Jibran Nasir, a human rights lawyer and independent candidate for general election, gestures as he speaks at his office in…
Jibran Nasir, a human rights lawyer and independent candidate for general election, gestures as he speaks at his office in Karachi, Pakistan July 23, 2018.

ISLAMABAD - Men in plain clothes claiming to be from a Pakistani intelligence agency ordered the immediate closure Sunday afternoon of a contemporary art installation in Karachi depicting extra-judicial killings by police.

When the artist and some prominent human rights activists tried to hold a press conference to condemn the closure, a city official who introduced himself as the director general of parks, Karachi, barged in, and removed all the microphones from various media outlets.

Activist Jibran Nasir, who had organized the press conference and was broadcasting it live on his Facebook page, posted the ensuing altercation on social media.

Nasir also blamed the closure of the art installation on Pakistan's powerful intelligence agency, Inter Services Intelligence, claiming it was trying to protect a police officer with alleged close links to the security establishment.

The parks official told journalists the installation was not what the city administration signed up for.  

“We gave a park to the (Karachi) biennale for the exhibition of art. . . they made a graveyard here. . . this is not art, this is vandalism,” Afaq Mirza said.

Mirza was referring to small pillars topped with wilted metal flowers that the artist, Adeela Suleman, created to depict the 444 victims of encounters with one police officer, Rao Anwar.

However, when pressed by journalists on who ordered the closure of the exhibition, Mirza said it was not the city administration.  

“No, the (civil) administration did not close it down in the morning. The people who were here in the morning were, I think, from the fifth corps,” Mirza said at the press conference. The fifth corps of Pakistan’s military is responsible for defending Karachi and most of Sindh province in case of war.

The Pakistan military’s media relations wing refused to comment.

The installation, “The Killing Fields of Karachi,” illustrates the story of Naqeebullah Mehsud, a 27-year-old aspiring model from Pakistan’s tribal areas bordering Afghanistan, who was killed in a police encounter.

A subsequent high-level police inquiry committee found the encounter to be “staged.”

Mehsud’s death caused an uproar when members of his family and friends insisted he was an aspiring model and not a terrorist as claimed by police. It gave rise to an ethnic Pashtun movement called Pashtun Tahaffuz Movement, or PTM, which carried out a weeks’ long protest in the capital, Islamabad.  

Anwar, the police officer facing trial for Mehsud’s killing, was known as an “encounter-specialist” and was alleged to have carried out hundreds of extra-judicial killings in fake police encounters.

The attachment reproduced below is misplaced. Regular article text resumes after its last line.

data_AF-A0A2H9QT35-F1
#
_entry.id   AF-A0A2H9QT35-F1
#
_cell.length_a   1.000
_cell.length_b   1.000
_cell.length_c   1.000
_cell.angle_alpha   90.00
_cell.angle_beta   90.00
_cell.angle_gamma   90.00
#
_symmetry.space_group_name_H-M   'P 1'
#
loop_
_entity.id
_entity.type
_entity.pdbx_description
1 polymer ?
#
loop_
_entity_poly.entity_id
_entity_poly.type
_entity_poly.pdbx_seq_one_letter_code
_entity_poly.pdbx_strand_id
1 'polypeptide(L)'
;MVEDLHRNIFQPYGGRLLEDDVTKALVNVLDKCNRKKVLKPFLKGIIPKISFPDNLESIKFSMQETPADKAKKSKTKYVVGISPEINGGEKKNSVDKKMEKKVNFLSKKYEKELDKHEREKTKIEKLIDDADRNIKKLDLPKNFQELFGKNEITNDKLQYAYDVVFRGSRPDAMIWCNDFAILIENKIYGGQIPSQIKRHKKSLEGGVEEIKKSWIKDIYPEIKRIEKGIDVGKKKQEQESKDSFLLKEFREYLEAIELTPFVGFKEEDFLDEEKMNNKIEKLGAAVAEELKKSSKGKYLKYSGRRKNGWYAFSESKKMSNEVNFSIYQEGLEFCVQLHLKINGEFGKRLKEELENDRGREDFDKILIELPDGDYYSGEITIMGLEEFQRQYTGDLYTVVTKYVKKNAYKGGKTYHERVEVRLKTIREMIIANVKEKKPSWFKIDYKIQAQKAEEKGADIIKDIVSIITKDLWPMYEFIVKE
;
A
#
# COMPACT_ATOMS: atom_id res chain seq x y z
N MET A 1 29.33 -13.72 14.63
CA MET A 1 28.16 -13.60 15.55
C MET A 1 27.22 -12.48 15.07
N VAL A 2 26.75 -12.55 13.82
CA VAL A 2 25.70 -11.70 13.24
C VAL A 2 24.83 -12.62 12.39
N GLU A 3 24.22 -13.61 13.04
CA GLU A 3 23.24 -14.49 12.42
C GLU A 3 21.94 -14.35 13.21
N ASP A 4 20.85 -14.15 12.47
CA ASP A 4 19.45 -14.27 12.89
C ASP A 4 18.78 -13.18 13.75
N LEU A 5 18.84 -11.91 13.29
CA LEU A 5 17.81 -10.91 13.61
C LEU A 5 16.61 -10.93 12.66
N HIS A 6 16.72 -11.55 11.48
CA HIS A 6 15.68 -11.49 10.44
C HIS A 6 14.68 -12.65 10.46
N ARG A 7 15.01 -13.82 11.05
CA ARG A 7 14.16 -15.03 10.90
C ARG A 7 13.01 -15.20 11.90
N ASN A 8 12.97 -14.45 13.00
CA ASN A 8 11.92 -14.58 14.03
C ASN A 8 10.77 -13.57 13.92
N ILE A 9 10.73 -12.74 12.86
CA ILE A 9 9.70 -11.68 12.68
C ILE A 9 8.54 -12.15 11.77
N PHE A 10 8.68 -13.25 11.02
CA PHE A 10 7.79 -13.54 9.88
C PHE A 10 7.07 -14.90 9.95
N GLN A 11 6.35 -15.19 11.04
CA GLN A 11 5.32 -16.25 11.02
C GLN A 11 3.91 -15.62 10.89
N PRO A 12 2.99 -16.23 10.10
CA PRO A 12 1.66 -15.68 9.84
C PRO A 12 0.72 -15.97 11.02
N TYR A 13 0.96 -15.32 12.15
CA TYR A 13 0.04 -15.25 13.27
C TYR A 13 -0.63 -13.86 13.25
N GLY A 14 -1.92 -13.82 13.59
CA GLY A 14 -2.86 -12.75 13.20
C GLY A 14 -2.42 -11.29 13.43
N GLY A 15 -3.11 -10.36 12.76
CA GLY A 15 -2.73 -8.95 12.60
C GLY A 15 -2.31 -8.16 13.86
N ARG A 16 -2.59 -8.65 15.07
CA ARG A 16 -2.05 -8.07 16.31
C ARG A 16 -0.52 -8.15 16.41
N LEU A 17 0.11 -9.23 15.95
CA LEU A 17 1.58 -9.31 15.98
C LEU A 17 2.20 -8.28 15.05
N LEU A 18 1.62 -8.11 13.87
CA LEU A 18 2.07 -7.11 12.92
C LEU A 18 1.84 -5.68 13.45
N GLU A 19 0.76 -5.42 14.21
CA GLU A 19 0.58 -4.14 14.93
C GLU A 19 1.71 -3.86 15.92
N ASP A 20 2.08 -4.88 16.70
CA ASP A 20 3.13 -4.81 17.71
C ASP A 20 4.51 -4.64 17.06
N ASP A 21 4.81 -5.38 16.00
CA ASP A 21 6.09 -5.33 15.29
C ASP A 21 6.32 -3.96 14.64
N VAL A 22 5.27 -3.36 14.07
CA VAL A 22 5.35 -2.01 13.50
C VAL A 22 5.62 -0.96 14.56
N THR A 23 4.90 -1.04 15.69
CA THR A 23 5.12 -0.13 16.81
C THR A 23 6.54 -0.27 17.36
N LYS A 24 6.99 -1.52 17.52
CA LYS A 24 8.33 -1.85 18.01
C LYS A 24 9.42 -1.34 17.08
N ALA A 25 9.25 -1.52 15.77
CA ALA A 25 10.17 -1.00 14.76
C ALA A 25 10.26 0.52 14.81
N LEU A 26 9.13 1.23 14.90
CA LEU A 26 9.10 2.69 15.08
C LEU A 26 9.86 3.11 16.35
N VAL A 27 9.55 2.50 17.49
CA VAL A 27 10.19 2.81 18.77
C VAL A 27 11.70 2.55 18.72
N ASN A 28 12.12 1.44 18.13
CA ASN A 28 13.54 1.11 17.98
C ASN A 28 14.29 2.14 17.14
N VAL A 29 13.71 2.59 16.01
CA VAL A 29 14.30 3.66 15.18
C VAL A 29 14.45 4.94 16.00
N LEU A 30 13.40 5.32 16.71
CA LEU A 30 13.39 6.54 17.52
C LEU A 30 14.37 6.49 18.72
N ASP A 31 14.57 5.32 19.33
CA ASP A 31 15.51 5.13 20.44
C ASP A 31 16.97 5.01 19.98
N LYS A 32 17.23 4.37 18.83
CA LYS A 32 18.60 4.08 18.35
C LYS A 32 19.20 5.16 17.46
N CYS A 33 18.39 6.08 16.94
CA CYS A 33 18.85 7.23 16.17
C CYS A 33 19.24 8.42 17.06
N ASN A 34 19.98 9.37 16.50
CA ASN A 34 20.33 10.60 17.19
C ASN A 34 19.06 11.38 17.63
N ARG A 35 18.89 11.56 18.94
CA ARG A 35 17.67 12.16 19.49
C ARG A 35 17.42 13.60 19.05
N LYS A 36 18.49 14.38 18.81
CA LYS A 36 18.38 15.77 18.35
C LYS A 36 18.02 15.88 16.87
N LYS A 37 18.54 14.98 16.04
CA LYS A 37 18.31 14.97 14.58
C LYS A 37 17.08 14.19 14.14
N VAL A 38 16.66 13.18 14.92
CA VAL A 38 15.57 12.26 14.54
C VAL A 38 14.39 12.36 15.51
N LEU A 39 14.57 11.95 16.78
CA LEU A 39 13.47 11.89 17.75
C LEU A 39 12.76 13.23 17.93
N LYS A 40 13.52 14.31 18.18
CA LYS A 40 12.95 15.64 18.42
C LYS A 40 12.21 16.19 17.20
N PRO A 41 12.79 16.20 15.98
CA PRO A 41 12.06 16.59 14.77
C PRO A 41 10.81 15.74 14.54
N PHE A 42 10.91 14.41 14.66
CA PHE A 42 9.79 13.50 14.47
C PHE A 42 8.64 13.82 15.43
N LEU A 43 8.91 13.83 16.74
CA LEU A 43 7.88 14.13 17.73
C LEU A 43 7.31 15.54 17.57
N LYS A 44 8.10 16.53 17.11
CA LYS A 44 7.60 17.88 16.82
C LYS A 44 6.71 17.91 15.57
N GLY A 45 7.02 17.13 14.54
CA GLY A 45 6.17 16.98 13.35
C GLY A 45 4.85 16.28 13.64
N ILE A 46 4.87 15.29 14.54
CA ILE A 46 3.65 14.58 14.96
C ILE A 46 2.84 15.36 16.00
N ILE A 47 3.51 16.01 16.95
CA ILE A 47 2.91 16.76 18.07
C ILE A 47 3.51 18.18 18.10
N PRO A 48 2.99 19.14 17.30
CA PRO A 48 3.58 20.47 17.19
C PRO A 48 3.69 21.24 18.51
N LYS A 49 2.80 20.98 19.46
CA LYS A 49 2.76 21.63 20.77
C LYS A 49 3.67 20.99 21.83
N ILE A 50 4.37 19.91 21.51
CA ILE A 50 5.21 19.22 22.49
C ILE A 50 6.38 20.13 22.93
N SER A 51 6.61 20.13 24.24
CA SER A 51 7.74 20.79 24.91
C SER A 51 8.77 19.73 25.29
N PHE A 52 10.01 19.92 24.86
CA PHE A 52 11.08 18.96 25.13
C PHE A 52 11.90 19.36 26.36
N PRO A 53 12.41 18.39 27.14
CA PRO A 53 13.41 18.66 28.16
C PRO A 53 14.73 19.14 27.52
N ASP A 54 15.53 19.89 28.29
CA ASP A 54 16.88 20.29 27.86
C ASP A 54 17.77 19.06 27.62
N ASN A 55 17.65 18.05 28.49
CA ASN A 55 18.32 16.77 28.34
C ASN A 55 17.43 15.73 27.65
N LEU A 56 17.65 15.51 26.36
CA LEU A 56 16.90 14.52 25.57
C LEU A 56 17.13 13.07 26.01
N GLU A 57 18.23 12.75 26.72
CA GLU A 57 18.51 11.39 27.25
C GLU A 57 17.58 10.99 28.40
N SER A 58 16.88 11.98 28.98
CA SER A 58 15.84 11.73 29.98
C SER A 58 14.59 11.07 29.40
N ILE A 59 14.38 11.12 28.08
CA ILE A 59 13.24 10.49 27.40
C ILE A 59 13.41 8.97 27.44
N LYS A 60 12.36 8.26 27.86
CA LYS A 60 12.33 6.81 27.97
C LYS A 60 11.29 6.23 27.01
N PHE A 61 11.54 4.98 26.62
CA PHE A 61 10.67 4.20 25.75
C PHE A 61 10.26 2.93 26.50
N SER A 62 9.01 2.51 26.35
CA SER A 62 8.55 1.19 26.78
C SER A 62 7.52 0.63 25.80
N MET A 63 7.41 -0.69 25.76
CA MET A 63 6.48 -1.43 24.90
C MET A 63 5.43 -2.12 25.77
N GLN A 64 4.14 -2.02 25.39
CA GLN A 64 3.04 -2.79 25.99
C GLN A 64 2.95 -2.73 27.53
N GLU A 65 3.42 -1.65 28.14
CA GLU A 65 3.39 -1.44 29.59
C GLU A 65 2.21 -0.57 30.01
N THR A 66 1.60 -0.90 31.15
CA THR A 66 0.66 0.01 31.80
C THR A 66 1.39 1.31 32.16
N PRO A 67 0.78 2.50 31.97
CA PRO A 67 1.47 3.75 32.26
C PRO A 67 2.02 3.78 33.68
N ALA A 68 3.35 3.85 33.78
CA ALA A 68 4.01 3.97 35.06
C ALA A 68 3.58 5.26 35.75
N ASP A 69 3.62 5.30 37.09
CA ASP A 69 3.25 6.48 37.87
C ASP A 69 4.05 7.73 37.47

Human rights activists have raised suspicions about these encounters, pointing out that no policeman ever got injured and the alleged suspects always ended up dead.

Pakistan’s oldest English daily newspaper, Dawn, reported that Anwar did not face a single inquiry despite having allegedly slain 444 people, until the case of Mehsud grabbed headlines and forced authorities to act.

Anwar maintains his innocence. He retired from the force earlier this year and is out on bail. However, his name remains on an exit control list, barring him from leaving the country while the trial is ongoing.  

“One thing I learnt today is art has power and it can really move people. That is why they got so scared that they shut it down within two hours,” artist Suleman, said.

Suleman’s husband is Faisal Siddiqui, the lawyer of Mehsud’s father, Mohammad Khan.

Anwar is alleged to have friends in powerful places. The leader of Pakistan Peoples Party, a major political party in Pakistan, Asif Ali Zardari, defended him when he was initially accused, calling him “a brave kid,” although he later retracted his statement.

Activists claim Anwar was used by intelligence agencies for extra-judicial killings.

“Men are airlifted from as far away as FATA (Federally Administered Tribal Areas - a former semi-autonomous region in northwestern Pakistan) and brought here (Karachi) for him to dispatch,” Dawn reported, quoting an unnamed police official.

The newspaper quoted another unnamed senior police official saying that even the police command was afraid of him due to “close connections with criminal political bosses and within the security establishment.”

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